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Brandon A. Williams entered the coffee shop with a brownie in one hand and a backpack slung casually over one shoulder.

Decked out in a green V-neck T-shirt and khaki cargo shorts, a glittering stud earring in his left ear beneath stylish square-framed glasses, Williams was preppy college kid meets urban cool. After sitting down, the Southern Illinois University Carbondale alumnus gave what by now must be a well-practiced pitch for his original work “The Yard: An A Cappella/Hip-Hop Musical,” which returns to Carbondale with a 6:30 p.m. Saturday show at Shryock Auditorium.

“It’s pretty much about college life,” he said, “and it keeps on topics that every college student can relate to, no matter what background you’re from.”

Those topics include financial woes, Facebook addiction, issues with alcohol, suicide and interactions between men and women.

Williams was also selling another product — Brandon A. Williams, a guy from Peoria who wants to build an entertainment empire.

With influences ranging from Kanye West and Tyler Perry to Spike Lee and August Wilson, Williams, the youngest of eight children, wants big shows and big dollars. He’s sure hustle and hard work will get it for him because it’s getting him closer every day.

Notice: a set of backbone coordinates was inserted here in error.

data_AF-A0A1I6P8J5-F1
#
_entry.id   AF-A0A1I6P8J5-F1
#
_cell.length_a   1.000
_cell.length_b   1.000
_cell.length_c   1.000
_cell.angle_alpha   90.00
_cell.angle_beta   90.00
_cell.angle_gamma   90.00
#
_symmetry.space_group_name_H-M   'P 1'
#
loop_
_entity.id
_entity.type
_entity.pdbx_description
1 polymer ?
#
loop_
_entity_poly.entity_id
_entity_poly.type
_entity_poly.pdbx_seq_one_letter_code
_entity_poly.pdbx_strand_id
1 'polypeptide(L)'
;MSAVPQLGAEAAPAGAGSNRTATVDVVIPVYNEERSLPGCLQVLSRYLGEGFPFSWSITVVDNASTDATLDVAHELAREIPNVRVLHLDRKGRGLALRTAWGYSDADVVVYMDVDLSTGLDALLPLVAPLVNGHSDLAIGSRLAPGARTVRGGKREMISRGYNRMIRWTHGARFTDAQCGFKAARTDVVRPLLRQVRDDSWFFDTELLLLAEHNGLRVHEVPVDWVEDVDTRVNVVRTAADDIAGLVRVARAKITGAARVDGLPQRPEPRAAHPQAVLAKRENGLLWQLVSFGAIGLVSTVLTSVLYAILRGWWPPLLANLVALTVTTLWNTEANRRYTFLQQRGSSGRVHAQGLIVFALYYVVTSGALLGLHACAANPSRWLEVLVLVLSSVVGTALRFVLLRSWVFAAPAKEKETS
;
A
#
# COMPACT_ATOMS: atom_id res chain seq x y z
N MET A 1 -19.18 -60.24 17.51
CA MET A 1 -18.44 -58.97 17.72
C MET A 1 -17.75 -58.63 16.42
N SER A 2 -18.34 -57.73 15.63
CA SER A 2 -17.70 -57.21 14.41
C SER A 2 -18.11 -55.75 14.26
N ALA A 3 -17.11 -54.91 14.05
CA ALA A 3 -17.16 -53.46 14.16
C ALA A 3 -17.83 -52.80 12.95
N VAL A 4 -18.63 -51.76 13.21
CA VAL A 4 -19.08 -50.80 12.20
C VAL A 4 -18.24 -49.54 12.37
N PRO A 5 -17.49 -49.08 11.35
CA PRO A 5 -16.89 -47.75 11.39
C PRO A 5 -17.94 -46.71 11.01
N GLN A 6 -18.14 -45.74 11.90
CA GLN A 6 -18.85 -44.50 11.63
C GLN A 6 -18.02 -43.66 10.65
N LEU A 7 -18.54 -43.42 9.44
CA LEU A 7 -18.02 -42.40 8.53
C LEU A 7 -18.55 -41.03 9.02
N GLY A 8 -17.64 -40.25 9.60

The 24-year-old impresario has already been written up in The Source, a hip-hop magazine, as an unsigned artist to watch, and “The Yard” is playing Carbondale for a second time after shows at Southeast Missouri State and University of Illinois-Chicago.

Williams carried in his backpack copies for sale of the “The Mo Better Mixtape” CD that got him noticed by The Source.  The brownie in his hand was part of a tradeoff with a group hosting a bake sale fundraiser in a high-foot-traffic area of SIU’s campus. He bought a treat, they put up a poster.

“Viral marketing and word of mouth is the way to go,” Williams said.

Especially when everything is coming out of Williams’ pocket, as it is with Saturday’s show. He usually gets a $5,000 to $8,000 appearance fee to play out of town. Home dates are different, and more pressure-packed.

“It’s very high risk,” Williams said, “but I’m well versed in marketing and advertising.”

While Williams said his first show at SIU in October 2009 was a success, packing McLeod Theater’s roughly 500 seats, Shryock is more than twice as large. Ticket sales, he said, were coming along.

 “They’re slowly rising,” Williams said. “Payday is Friday, so that’s when I figure it’s going to reach its peak. Whether it’s two or 200, we’re still going to put on a good show.”

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